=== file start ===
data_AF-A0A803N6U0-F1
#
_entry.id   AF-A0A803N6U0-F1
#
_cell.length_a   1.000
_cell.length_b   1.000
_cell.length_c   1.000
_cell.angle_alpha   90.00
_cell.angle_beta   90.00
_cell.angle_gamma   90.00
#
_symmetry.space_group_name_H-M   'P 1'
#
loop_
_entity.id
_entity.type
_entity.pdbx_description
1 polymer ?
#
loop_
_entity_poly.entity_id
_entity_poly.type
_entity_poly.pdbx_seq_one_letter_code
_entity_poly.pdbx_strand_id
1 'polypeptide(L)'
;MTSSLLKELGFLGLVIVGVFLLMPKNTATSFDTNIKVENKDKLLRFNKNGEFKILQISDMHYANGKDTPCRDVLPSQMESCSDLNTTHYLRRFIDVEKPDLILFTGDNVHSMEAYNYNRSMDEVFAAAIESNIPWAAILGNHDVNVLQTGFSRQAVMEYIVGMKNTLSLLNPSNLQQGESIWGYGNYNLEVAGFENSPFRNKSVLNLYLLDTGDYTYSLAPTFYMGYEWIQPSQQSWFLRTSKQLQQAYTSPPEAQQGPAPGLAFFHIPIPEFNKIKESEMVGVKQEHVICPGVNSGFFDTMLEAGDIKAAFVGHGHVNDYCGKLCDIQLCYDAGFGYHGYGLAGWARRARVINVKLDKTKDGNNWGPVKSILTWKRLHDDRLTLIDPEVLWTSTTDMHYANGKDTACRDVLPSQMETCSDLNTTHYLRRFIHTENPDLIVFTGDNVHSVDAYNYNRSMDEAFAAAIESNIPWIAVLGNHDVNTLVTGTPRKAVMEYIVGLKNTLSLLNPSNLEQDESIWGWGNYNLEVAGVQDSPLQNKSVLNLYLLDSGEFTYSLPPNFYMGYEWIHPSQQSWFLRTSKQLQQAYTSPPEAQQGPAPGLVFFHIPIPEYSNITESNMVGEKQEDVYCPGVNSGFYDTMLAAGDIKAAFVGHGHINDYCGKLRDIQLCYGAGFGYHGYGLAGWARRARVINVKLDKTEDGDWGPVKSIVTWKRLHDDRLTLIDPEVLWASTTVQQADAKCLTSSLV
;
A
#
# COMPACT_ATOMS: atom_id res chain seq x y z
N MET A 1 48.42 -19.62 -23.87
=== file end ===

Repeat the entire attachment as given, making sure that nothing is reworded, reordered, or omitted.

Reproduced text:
data_AF-A0A803N6U0-F1
#
_entry.id   AF-A0A803N6U0-F1
#
_cell.length_a   1.000
_cell.length_b   1.000
_cell.length_c   1.000
_cell.angle_alpha   90.00
_cell.angle_beta   90.00
_cell.angle_gamma   90.00
#
_symmetry.space_group_name_H-M   'P 1'
#
loop_
_entity.id
_entity.type
_entity.pdbx_description
1 polymer ?
#
loop_
_entity_poly.entity_id
_entity_poly.type
_entity_poly.pdbx_seq_one_letter_code
_entity_poly.pdbx_strand_id
1 'polypeptide(L)'
;MTSSLLKELGFLGLVIVGVFLLMPKNTATSFDTNIKVENKDKLLRFNKNGEFKILQISDMHYANGKDTPCRDVLPSQMESCSDLNTTHYLRRFIDVEKPDLILFTGDNVHSMEAYNYNRSMDEVFAAAIESNIPWAAILGNHDVNVLQTGFSRQAVMEYIVGMKNTLSLLNPSNLQQGESIWGYGNYNLEVAGFENSPFRNKSVLNLYLLDTGDYTYSLAPTFYMGYEWIQPSQQSWFLRTSKQLQQAYTSPPEAQQGPAPGLAFFHIPIPEFNKIKESEMVGVKQEHVICPGVNSGFFDTMLEAGDIKAAFVGHGHVNDYCGKLCDIQLCYDAGFGYHGYGLAGWARRARVINVKLDKTKDGNNWGPVKSILTWKRLHDDRLTLIDPEVLWTSTTDMHYANGKDTACRDVLPSQMETCSDLNTTHYLRRFIHTENPDLIVFTGDNVHSVDAYNYNRSMDEAFAAAIESNIPWIAVLGNHDVNTLVTGTPRKAVMEYIVGLKNTLSLLNPSNLEQDESIWGWGNYNLEVAGVQDSPLQNKSVLNLYLLDSGEFTYSLPPNFYMGYEWIHPSQQSWFLRTSKQLQQAYTSPPEAQQGPAPGLVFFHIPIPEYSNITESNMVGEKQEDVYCPGVNSGFYDTMLAAGDIKAAFVGHGHINDYCGKLRDIQLCYGAGFGYHGYGLAGWARRARVINVKLDKTEDGDWGPVKSIVTWKRLHDDRLTLIDPEVLWASTTVQQADAKCLTSSLV
;
A
#
# COMPACT_ATOMS: atom_id res chain seq x y z
N MET A 1 48.42 -19.62 -23.87